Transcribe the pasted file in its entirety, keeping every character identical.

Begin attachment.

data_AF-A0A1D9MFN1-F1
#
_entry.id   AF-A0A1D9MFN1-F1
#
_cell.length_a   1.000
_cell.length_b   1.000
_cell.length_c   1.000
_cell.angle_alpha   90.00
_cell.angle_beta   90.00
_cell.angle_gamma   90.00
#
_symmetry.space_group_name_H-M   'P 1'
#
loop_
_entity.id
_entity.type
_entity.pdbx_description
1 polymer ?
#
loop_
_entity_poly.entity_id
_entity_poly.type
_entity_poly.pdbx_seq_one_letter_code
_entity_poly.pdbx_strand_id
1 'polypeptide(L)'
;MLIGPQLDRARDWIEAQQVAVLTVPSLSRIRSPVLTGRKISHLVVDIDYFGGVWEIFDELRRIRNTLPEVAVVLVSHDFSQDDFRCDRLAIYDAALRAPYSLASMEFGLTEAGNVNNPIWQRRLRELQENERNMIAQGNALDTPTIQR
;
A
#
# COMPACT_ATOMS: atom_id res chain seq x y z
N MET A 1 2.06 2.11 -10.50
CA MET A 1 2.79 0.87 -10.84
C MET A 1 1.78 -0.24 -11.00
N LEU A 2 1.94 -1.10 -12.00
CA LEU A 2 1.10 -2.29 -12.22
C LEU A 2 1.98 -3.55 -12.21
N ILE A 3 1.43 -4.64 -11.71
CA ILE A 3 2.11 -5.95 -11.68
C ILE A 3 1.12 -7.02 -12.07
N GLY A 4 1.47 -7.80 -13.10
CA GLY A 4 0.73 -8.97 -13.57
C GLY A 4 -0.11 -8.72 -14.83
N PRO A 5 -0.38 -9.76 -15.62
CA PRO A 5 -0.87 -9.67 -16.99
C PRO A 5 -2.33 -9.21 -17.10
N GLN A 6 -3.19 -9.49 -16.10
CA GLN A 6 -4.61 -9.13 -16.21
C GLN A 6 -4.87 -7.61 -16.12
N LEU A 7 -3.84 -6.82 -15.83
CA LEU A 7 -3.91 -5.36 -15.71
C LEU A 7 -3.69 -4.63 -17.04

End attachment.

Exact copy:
data_AF-A0A1D9MFN1-F1
#
_entry.id   AF-A0A1D9MFN1-F1
#
_cell.length_a   1.000
_cell.length_b   1.000
_cell.length_c   1.000
_cell.angle_alpha   90.00
_cell.angle_beta   90.00
_cell.angle_gamma   90.00
#
_symmetry.space_group_name_H-M   'P 1'
#
loop_
_entity.id
_entity.type
_entity.pdbx_description
1 polymer ?
#
loop_
_entity_poly.entity_id
_entity_poly.type
_entity_poly.pdbx_seq_one_letter_code
_entity_poly.pdbx_strand_id
1 'polypeptide(L)'
;MLIGPQLDRARDWIEAQQVAVLTVPSLSRIRSPVLTGRKISHLVVDIDYFGGVWEIFDELRRIRNTLPEVAVVLVSHDFSQDDFRCDRLAIYDAALRAPYSLASMEFGLTEAGNVNNPIWQRRLRELQENERNMIAQGNALDTPTIQR
;
A
#
# COMPACT_ATOMS: atom_id res chain seq x y z
N MET A 1 2.06 2.11 -10.50
CA MET A 1 2.79 0.87 -10.84
C MET A 1 1.78 -0.24 -11.00
N LEU A 2 1.94 -1.10 -12.00
CA LEU A 2 1.10 -2.29 -12.22
C LEU A 2 1.98 -3.55 -12.21
N ILE A 3 1.43 -4.64 -11.71
CA ILE A 3 2.11 -5.95 -11.68
C ILE A 3 1.12 -7.02 -12.07
N GLY A 4 1.47 -7.80 -13.10
CA GLY A 4 0.73 -8.97 -13.57
C GLY A 4 -0.11 -8.72 -14.83
N PRO A 5 -0.38 -9.76 -15.62
CA PRO A 5 -0.87 -9.67 -16.99
C PRO A 5 -2.33 -9.21 -17.10
N GLN A 6 -3.19 -9.49 -16.10
CA GLN A 6 -4.61 -9.13 -16.21
C GLN A 6 -4.87 -7.61 -16.12
N LEU A 7 -3.84 -6.82 -15.83
CA LEU A 7 -3.91 -5.36 -15.71
C LEU A 7 -3.69 -4.63 -17.04